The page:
Ms. Satoko Watanabe was contemplating the issue "How to support" and got awareness through facing the death of the person whom she had been involved with for two years
By (Yamato Church, Yokohama Diocese)
Mr. Olivio lives near AFMET office.
He got paralyzed on one side when he fell down from palm tree two years ago. He was thirty six years old and had a catheter inserted through the urethra to pass his urine. His wife took care of his urination. He had a large body and bad mouth and he was stubborn. It seemed that his neighbors avoided him. He had seven children from one year old to eighteen. His family needed his income. His wife made coconut oil and collected candle nuts to sell and get income. She not only worked but also looked after her children, did house work, farming and laundry, and cared for her husband. She pined away day by day.
We got involved with him because he had to have his catheter changed once a month. First we thought of asking Los Palos National Hospital to handle it. But we knew that he did not have a car and the manpower was not enough. We could not expect a good care if we left everything to him. So we decided to care for him continuously. He was suffering from malaria, diarrhea, the pride as man and father laid out, the role in his family lost, ashamedness and many others.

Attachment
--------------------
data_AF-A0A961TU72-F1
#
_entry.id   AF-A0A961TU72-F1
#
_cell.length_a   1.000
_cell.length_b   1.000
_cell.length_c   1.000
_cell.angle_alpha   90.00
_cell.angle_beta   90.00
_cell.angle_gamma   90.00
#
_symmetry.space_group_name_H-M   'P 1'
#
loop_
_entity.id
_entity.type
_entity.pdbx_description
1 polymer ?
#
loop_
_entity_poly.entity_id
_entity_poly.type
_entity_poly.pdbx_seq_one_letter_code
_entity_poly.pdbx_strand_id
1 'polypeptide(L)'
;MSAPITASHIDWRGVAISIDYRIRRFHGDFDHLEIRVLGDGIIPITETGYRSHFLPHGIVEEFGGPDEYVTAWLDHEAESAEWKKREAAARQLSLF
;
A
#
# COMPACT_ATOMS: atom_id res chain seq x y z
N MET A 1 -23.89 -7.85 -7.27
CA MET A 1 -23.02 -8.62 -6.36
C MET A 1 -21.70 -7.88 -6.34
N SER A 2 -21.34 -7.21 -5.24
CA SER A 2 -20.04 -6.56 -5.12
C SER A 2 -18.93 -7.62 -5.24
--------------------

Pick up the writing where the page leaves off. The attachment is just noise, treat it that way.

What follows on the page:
Every time I visited his house I wondered what I could do for him. I wanted to get his ramshackle house rebuilt, make a low bed so that he could move to the wheel chair easily, provide rice and fresh vegetable once a month, and give a soft bed mat and so on. To us Japanese none of them required much money and we could implement them even tomorrow. However we should not help him in these ways. The effect of the financial support by foreigners would be unexpected. For example if I implement these supports, his neighbors would no longer help him. They would say, "As a foreigner is helping him, we don't have to support him." What would happen if I or AFMET leave him one day? He would be left alone in the neighborhood. As a matter of fact he had another defect. He had been a very bad person before he got injured. He stole others' farm animals and committed violence often. Even after having got paralyzed they said that he was bad. A foreigner who did not know the situation of the village was not in a position to help him easily.
But he should not be left alone. I tried to stand a step behind as a foreigner. As a human, however, I could not leave him alone. Then what should I do?